A lot of the information here is from the ‘Asociation of Professional Piercers’ website. They have a lot of sources of information regarding piercings so if you can’t find what you are looking for refer to their website http://www.safepiercing.org/
A list of the brochures they have:
-What is the APP?
-Oral Piercing Risks
-Choosing a Piercer
-Aftercare for minors
-Oral aftercare for minors
In regards to anything aftercare related please refer to the link below. The brochure covers many important points that will be extremely helpful.
What kind of materials should I use?
Materials for a new piercing should always be implant grade. Implant grade means that it meets standards and has been tested for long-term wear in the body.
Aditional detail from the APP brochure on ‘Initial Jewelry’:
• Surgical Steel is made of a variety of alloys. Many of them are used for body jewelry, but only a few specific grades are proven biocompatible: steel that is ASTM F-138 compliant or ISO 5832-1 compliant; ISO 10993-(6,10, or 11) compliant.
• titanium is a lightweight metal that is ideal for people with concerns about nickel sensitivity. This material can be anodized to create jewelry of different colors without affecting the safety. Look for implant certified titanium (Ti6Al4V ELI) that is ASTM F-136 compliant or ISO 5832-3 compliant, or commercially pure titanium that is ASTM F-67 compliant.
• niobium has been widely used by piercers with good results for many years. It is very similar to titanium, but does not have an implant-grade designation. Like titanium, niobium can be anodized to produce different colors. (And, unlike titanium, it can be heat treated black.) Anodized niobium and titanium may fade due to body chemistry or when worn in friction-prone areas, but this is not harmful.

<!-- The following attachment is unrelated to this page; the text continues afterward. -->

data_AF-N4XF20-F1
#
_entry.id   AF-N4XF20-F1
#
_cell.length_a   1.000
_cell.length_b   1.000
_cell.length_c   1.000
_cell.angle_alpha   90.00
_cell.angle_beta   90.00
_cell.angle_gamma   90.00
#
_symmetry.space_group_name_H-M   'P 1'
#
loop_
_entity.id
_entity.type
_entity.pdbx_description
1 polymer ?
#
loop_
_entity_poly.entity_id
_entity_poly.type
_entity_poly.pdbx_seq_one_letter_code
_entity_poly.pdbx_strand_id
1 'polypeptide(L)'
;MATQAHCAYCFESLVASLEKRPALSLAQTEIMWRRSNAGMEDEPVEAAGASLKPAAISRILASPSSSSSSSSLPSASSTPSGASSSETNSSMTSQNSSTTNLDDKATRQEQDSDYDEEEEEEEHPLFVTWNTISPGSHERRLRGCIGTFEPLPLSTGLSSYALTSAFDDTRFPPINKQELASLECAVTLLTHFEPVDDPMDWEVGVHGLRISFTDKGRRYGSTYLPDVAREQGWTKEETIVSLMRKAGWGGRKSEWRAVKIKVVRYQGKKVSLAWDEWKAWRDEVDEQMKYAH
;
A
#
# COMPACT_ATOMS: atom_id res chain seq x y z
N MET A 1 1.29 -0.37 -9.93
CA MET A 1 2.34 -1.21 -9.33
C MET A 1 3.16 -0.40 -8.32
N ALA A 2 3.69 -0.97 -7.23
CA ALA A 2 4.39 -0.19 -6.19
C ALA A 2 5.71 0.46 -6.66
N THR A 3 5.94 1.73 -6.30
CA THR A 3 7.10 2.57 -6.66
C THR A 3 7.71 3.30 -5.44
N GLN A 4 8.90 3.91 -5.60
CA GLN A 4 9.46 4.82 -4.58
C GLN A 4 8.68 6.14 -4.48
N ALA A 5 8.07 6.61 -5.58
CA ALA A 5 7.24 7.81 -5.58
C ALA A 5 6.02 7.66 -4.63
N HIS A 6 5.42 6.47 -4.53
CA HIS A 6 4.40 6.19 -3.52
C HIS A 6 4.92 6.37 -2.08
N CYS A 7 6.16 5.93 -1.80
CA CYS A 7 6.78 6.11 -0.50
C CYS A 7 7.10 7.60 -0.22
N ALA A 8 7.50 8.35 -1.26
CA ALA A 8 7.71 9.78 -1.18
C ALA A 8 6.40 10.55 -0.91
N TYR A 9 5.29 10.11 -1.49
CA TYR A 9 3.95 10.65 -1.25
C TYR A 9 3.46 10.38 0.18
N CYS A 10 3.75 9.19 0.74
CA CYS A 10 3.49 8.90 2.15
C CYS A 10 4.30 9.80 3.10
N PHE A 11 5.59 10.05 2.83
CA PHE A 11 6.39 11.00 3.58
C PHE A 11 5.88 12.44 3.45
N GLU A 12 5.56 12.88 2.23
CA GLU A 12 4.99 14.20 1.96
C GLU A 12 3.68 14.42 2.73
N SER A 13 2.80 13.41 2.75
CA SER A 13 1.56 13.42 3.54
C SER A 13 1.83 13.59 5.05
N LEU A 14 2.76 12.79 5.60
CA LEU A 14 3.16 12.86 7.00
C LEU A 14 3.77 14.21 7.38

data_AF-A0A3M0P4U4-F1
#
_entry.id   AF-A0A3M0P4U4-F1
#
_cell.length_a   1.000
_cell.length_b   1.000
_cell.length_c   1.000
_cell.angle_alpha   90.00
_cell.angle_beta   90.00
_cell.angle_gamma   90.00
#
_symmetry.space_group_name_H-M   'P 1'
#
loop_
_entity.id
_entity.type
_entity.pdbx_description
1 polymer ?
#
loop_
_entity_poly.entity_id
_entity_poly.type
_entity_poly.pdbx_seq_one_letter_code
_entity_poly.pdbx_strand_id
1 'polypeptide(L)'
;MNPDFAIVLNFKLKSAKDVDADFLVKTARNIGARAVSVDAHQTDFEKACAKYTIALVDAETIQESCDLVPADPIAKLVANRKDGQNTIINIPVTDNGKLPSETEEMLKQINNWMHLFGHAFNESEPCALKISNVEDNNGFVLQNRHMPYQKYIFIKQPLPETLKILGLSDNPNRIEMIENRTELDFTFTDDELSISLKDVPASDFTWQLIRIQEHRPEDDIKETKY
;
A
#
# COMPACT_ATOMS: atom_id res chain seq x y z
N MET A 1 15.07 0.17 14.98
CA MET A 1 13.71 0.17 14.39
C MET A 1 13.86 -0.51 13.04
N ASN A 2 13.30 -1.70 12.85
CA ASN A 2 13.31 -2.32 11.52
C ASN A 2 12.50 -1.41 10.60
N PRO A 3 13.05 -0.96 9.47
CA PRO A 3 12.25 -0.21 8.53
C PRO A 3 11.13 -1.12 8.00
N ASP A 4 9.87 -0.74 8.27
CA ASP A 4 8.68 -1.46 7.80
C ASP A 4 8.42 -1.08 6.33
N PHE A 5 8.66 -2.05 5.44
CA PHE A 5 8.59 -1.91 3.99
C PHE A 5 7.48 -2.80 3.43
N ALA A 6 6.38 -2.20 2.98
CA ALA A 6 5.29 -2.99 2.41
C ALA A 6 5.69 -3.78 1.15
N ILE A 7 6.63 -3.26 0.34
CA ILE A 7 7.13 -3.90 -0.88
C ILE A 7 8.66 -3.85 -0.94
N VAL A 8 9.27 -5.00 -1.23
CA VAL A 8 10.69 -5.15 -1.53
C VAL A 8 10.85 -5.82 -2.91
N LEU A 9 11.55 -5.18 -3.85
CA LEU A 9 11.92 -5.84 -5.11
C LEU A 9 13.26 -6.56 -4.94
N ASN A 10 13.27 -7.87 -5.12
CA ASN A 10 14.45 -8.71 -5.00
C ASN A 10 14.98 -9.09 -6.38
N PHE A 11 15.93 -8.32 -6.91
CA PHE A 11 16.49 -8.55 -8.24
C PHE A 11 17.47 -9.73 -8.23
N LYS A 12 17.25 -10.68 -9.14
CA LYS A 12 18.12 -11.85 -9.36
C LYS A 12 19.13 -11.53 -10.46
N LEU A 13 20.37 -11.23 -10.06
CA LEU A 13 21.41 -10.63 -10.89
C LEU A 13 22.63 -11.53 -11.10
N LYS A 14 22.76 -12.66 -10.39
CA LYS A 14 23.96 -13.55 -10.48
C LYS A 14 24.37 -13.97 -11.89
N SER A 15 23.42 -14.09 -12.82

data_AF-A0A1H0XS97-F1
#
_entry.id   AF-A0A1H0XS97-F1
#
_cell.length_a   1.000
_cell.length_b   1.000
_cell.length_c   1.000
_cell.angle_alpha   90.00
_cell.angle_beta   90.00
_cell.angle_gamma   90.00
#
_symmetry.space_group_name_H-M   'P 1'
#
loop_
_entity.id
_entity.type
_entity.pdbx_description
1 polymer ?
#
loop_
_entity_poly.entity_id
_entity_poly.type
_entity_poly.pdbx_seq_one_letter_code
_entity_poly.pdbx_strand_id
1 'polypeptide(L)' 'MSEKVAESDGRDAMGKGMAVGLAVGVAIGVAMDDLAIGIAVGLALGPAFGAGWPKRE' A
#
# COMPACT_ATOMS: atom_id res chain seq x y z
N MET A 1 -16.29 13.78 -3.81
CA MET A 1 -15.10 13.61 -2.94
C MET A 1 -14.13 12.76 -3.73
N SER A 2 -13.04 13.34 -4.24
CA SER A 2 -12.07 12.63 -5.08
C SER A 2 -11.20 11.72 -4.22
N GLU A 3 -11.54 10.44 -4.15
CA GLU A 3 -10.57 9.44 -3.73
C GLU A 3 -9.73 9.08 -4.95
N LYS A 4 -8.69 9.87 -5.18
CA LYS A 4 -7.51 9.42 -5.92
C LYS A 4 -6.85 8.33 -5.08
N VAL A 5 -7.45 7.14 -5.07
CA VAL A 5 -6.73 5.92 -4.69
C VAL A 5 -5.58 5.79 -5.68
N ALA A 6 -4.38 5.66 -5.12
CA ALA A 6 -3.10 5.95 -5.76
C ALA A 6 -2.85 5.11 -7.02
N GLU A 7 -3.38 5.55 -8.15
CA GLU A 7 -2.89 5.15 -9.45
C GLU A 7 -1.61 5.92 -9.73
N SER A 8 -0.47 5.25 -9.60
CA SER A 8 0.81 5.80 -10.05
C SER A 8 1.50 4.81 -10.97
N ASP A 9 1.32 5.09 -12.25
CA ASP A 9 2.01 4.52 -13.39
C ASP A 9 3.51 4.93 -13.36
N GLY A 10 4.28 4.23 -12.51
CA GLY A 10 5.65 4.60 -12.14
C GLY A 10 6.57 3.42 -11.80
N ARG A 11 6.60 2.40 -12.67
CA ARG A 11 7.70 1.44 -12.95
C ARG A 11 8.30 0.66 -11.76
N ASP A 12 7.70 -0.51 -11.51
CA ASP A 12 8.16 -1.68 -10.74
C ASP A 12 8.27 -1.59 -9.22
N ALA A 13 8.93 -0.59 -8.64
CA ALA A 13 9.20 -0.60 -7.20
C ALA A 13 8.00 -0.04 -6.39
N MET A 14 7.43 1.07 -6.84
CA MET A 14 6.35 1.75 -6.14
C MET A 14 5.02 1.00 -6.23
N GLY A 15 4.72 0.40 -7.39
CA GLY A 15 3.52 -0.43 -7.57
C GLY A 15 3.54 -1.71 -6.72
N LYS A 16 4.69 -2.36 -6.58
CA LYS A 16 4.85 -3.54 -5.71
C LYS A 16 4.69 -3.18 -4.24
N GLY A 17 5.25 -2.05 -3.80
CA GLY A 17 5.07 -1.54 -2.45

• gold (yellow or white) is appropriate for initial piercings if it is 14k or higher, nickel-free, and alloyed for biocompatibility. Gold higher than 18k is too soft for body jewelry because it can easily be scratched or nicked. Gold plated, gold-filled, or gold overlay/vermeil jewelry is not acceptable for fresh piercings. All of these involve coating a base metal with a layer of gold. The gold surface (which is very thin—measured in millionths of an inch) can wear or chip off.
• Platinum is a heavy precious metal that is extremely inert and excellent for wear in body piercings. However, body jewelry in this material is rare and very expensive due to the high cost of the material and greater difficulty in manufacturing jewelry from it.
• biocomPatible PolymerS (plastics) including Tygon®
Medical Surgical Tubing S-50HL or S-54HL, or PTFE (Teflon®), are considered suitable for new piercings. Tygon is a bio-compatible medical tubing that is highly flexible. It should be changed every few months as it stiffens and discolors from extended wear. PTFE, a white plastic, is widely accepted within the industry. Some polymers are marketed specifically for piercings in an array of colors and shapes. Some of these may be worn as a substitute for metal jewelry. With new polymer products coming into the marketplace, check that the product you are purchasing, if not listed above, is USP VI compliant. These can be sterilized in an autoclave.